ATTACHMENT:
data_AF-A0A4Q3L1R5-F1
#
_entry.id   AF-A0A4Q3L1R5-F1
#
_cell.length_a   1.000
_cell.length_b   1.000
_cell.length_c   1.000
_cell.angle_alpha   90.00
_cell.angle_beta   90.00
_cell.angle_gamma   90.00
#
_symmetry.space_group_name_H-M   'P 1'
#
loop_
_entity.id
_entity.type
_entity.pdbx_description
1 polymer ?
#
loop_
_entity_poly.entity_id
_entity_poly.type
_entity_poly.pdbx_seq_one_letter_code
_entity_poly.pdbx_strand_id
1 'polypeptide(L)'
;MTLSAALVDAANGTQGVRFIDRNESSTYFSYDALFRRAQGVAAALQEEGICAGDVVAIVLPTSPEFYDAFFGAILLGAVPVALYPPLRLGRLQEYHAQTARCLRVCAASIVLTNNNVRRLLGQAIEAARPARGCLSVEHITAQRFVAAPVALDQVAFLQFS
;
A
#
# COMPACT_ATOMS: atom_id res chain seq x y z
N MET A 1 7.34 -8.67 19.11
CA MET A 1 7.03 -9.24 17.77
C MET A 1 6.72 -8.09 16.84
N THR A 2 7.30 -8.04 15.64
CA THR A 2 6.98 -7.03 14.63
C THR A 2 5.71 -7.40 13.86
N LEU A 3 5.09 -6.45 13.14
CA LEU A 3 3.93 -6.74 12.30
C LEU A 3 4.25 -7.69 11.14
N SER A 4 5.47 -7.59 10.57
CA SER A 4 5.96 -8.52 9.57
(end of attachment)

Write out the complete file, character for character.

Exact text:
data_AF-A0A4Q3L1R5-F1
#
_entry.id   AF-A0A4Q3L1R5-F1
#
_cell.length_a   1.000
_cell.length_b   1.000
_cell.length_c   1.000
_cell.angle_alpha   90.00
_cell.angle_beta   90.00
_cell.angle_gamma   90.00
#
_symmetry.space_group_name_H-M   'P 1'
#
loop_
_entity.id
_entity.type
_entity.pdbx_description
1 polymer ?
#
loop_
_entity_poly.entity_id
_entity_poly.type
_entity_poly.pdbx_seq_one_letter_code
_entity_poly.pdbx_strand_id
1 'polypeptide(L)'
;MTLSAALVDAANGTQGVRFIDRNESSTYFSYDALFRRAQGVAAALQEEGICAGDVVAIVLPTSPEFYDAFFGAILLGAVPVALYPPLRLGRLQEYHAQTARCLRVCAASIVLTNNNVRRLLGQAIEAARPARGCLSVEHITAQRFVAAPVALDQVAFLQFS
;
A
#
# COMPACT_ATOMS: atom_id res chain seq x y z
N MET A 1 7.34 -8.67 19.11
CA MET A 1 7.03 -9.24 17.77
C MET A 1 6.72 -8.09 16.84
N THR A 2 7.30 -8.04 15.64
CA THR A 2 6.98 -7.03 14.63
C THR A 2 5.71 -7.40 13.86
N LEU A 3 5.09 -6.45 13.14
CA LEU A 3 3.93 -6.74 12.30
C LEU A 3 4.25 -7.69 11.14
N SER A 4 5.47 -7.59 10.57
CA SER A 4 5.96 -8.52 9.57